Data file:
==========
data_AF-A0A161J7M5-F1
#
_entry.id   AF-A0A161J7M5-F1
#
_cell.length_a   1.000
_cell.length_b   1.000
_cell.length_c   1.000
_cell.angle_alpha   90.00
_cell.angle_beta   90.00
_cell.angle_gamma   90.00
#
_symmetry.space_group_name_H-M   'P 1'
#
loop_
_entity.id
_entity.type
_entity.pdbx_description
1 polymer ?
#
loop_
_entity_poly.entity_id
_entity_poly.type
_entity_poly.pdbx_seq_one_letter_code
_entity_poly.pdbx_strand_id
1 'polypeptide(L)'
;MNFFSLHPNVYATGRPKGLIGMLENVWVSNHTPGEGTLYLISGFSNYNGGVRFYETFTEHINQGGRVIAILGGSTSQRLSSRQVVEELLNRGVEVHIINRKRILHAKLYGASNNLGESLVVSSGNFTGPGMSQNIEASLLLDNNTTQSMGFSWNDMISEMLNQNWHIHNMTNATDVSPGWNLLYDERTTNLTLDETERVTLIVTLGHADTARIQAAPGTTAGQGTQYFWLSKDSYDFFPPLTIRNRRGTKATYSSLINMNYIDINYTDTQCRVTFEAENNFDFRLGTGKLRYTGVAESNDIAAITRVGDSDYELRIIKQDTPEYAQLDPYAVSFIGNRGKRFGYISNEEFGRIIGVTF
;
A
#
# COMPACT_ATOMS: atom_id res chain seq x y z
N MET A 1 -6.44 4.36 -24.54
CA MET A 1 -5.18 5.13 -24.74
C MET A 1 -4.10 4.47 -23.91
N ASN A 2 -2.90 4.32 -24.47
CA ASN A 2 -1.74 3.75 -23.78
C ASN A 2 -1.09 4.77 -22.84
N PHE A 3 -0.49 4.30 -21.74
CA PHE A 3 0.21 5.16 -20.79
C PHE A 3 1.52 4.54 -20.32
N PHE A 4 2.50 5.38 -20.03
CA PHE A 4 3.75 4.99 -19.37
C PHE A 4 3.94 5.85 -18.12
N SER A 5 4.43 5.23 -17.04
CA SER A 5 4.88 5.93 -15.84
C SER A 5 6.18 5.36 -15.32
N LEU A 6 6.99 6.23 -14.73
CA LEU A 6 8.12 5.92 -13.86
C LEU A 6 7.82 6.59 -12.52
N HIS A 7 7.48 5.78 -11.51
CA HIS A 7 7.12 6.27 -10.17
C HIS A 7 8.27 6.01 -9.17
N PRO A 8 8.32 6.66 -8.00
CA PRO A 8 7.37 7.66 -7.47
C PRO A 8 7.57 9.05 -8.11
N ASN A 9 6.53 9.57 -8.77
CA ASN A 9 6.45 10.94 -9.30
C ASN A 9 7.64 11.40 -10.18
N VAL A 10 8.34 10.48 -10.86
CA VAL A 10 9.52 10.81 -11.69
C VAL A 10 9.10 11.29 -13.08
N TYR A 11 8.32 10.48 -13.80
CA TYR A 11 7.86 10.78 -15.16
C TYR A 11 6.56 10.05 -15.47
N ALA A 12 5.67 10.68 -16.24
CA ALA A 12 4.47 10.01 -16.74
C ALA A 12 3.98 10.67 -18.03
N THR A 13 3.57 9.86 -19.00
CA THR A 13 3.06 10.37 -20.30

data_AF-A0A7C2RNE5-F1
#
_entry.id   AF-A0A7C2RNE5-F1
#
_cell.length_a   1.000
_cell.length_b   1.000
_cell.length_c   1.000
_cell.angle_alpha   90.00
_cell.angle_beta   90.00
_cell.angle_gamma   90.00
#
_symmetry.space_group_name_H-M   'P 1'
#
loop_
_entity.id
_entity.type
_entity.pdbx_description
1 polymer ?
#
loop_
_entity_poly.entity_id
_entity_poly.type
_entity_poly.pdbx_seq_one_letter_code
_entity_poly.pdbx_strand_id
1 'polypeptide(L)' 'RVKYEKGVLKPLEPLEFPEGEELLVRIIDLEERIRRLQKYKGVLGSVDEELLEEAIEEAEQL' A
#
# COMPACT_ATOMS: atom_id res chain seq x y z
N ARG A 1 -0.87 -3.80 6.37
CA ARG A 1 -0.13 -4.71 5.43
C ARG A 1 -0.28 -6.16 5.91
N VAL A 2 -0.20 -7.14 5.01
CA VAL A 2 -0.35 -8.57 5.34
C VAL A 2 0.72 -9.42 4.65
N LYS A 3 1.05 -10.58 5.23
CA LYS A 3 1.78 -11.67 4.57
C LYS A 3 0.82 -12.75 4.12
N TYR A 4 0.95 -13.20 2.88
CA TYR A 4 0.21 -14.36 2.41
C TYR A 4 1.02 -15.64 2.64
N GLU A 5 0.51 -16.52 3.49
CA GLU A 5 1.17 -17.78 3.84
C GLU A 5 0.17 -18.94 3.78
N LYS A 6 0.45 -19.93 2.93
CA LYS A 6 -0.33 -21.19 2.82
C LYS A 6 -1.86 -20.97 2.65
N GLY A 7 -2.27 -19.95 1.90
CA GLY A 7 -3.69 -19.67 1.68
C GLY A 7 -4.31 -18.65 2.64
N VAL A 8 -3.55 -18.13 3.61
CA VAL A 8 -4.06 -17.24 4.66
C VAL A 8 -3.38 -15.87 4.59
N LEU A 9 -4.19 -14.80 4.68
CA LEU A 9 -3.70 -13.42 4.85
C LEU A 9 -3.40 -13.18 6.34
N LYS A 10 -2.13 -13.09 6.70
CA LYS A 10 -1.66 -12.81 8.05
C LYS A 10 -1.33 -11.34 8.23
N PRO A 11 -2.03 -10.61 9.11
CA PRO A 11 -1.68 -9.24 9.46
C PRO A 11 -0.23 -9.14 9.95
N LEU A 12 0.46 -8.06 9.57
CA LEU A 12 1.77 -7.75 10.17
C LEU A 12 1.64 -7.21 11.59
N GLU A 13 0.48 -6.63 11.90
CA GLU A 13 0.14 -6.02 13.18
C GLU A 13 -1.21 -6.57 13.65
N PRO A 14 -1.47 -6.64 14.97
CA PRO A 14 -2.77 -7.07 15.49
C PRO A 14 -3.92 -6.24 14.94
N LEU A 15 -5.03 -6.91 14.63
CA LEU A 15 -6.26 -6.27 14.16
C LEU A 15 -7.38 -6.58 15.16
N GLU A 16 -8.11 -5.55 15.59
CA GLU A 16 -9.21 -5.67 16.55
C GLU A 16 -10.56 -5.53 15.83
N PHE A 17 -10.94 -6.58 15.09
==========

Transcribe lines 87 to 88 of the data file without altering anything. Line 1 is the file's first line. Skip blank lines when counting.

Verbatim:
#
loop_